Thursday, June 1, 2017

The 4 Factors of Healing

Some things work and some don't. 

If it works do more of it
If it ain’t broke don’t fix it
Each factor is important but some are more influential than others. Good therapists want to know how to be more effective so here are the facts from forty years of research. The special knowledge, techniques, advice, medicine and brilliance of the therapist is worth about 15% of a successful outcome. 

When a doctor gives a depressed patient medicine, suggests that he exercise, offers insights about the family system or reinforces good self esteem it counts for something but not much. My professional colleagues are disappointed to learn that the thousands of dollars spent on graduate school and all the materials they have mastered over the years make such a small difference to the client.  The Peer Counselors are ecstatic. 

If it doesn’t work stop it

The faith and hope of the client 15%. is worth about the same as the professional’s insights and knowledge.

Many of us can tell stories about how a patient refused to give up and was healed or changed. As Jesus said, “Your faith has made you whole.” There is no technique or treatment plan more effective than the client’s faith. Belief will have a more consistent payoff than any single treatment intervention.

Hope for change is as effective as cognitive restructuring, positive reinforcement, family interventions, medication, etc. Eclectic therapists use a combination of treatment techniques because no one technique is always helpful. However, the client’s faith is always helpful.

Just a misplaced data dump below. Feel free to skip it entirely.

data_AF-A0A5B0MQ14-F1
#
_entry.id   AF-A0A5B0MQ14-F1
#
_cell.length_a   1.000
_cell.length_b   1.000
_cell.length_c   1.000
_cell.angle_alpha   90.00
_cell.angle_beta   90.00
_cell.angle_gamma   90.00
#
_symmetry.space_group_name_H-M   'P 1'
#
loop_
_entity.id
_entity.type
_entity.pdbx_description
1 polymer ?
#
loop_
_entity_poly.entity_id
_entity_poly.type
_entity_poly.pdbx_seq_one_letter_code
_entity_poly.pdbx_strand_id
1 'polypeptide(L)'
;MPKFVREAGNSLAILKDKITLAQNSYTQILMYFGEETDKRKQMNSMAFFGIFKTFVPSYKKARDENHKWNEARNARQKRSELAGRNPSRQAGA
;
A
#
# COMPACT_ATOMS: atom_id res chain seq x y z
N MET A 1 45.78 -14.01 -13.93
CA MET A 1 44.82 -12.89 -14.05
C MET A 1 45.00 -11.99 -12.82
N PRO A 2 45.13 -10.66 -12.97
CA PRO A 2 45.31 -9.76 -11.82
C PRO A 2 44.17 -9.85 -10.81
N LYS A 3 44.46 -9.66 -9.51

The third factor is worth about twice of the other two. The client who sees his therapist, nurse or doctor as caring will have a 30% boost in getting better. Research has even discovered that one of the “magical keys to caring in the helper’s Genuine concern, Respect, the Empathic understanding for the client’s situation and her Warm relationship to the seeker. 

We call them the GREW skills.

Finally, we come to the factor that makes the most difference. It is also the one over which helpers have the least influence. The client brings it to each session. It is her level of motivation and the support she gets from family, friends and coworkers to make the healthy changes in life. 

These account for 40% of positive outcomes. It is very important to seek ways a client can increase her motivation. All clients are motivated but not to do what we want them to do.  

Second, it is critical for clients to get a lot of support for change from family and friends.  The personal faith of the client and the support of her faith community add greatly to her motivation.

This is why church and Sunday school attendance are important in motivating positive teen behavior.  Money, family dysfunctions, discipline styles or IQ pale in comparison to parents, Sunday school teachers and Christian friends to prevent sex, drugs and violence among youth.

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